There was a bookbinders' end-of-term party this afternoon, and our host David brought up the subject of ordinary people's diaries ... 'How many years have to elapse,' he asked, 'before the diaries of ordinary people become interesting?' It turned out that he has several decades' worth of his late aunt's diaries. 

One of the other guests inevitably raised the question of what one does with old diaries, so I took the opportunity to mention Irving Finkel and the Great Diary Project. I was pleased to discover how many people there happened to know about Irving and his amazing work.



I went to the British Museum today to see their new display 'Moving stories: three journeys', which tells the universal story of the migration of peoples in a very personal way. One of the central exhibits is a sketchbook entitled 'Ali's Boat Diary I', by the Iraqi artist Sadik Kwaish Alfraji, 'which tells the story of a young boy wishing to escape the horrors of present-day Iraq'.

I find it interesting that galleries and museums are at the forefront of a strong and new reaction against the mainstream media's hostility towards innocent people fleeing war zones in the Middle East and elsewhere. At the Ben Uri Gallery in north London, for instance, which I visited a couple of weeks ago, the first thing I came across was a bold statement declaring: 'Within the space of two short years the political climate and media opinion influencing it has changed in the free world ... Museums are one of the few public institutions that can stand proud for principles based on truth and fact ... In response to the world we live in, Ben Uri has reassessed its exhibiton programme over the coming years and committed to a series of exhibitions surveying the contribution and input of refugees and immigrants to 20th and 21st century British art.'

It's an amazing legacy - and an inspiring way of looking forward.



I discovered the work of the painter Ray Atkins at the Reading Museum today - and also discovered that he's a diarist. Alongside many of the paintings on display are observations he made in his notebook at the time. On 1 September 1969, for instance, while working on his painting 'The quarry, Playhatch, No. 1', he wrote: 'Art must be timless. Sometimes one's worst side says what one has done is old-fashioned - just because it has nothing to do with the art that is in fashion. It's mad! Just because it can exist and say what it has to say at any time. It has nothing to do with 1969. What it has to do with is the first of September and Ray Atkins and a quarry at Playhatch.'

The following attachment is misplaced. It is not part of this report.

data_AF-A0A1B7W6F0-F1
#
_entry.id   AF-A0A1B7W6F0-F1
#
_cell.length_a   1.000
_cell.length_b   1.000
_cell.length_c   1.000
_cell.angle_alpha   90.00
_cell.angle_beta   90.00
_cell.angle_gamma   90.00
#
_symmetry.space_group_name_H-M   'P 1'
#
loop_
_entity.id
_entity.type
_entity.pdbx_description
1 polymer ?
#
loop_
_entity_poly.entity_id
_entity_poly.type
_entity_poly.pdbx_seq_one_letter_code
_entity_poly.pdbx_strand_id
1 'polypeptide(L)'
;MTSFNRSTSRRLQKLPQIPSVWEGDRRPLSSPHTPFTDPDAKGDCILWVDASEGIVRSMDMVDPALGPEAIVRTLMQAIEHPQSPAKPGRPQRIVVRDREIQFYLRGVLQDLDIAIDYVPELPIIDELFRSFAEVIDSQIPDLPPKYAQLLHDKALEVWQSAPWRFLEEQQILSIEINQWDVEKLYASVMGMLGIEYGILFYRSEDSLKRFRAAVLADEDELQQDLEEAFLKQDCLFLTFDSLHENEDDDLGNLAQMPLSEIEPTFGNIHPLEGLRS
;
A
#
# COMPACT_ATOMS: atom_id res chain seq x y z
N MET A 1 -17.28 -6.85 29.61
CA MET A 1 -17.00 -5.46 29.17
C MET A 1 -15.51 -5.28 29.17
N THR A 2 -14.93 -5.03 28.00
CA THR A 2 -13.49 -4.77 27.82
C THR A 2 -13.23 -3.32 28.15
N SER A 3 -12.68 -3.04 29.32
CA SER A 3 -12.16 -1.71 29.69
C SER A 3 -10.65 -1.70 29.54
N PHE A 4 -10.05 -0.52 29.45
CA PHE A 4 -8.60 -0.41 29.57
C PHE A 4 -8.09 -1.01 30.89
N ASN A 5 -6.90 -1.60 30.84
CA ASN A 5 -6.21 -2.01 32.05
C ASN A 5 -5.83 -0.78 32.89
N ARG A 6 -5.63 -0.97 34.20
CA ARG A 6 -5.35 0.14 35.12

To Oxford to meet Mike Webb, author of 'From Downing Street to the Trenches', which draws heavily on diaries from the time of the Great War. Afterwards I took the opportunity to ses the new 'Volcanoes' exhibition in the Weston Library, where several manuscript diaries are on display, including Mary Godwin's diary from 1816 - 'the year without a summer'.

It's now known that that year's dreadful weather was caused by the largest volcanic eruption of the last 500 years: the volcano Tambora in Indonesia. Its effects were felt as far away as the shores of Lake Geneva, where Lord Byron, Percy Shelley and Mary Godwin were kept indoors for days on end by the wet dreary weather, and where 'to amuse themselves they wrote ghost stories, and Mary started the work which would become her gothic masterpiece "Frankenstein".' 



Today would have been Virginia Woolf’s 135th birthday, and on BBC Radio 3 today I heard mezzo-soprano Alice Coote and accompanist Julius Drake performing music from Dominick Argento’s opera ‘A Music of One’s Own: From the Diary of Virginia Woolf’. The libretto consists entirely of words taken from Virginia Woolf’s personal writings, and the opera ends with a setting of a diary entry from March 1941, just before she committed suicide.

And this is an issue that has been much on my mind today, following some heartbreaking news from Australia this morning. RIP Jamie, you sweet-natured, gentle boy – gone from us far too soon.

2016 diary

2015 diary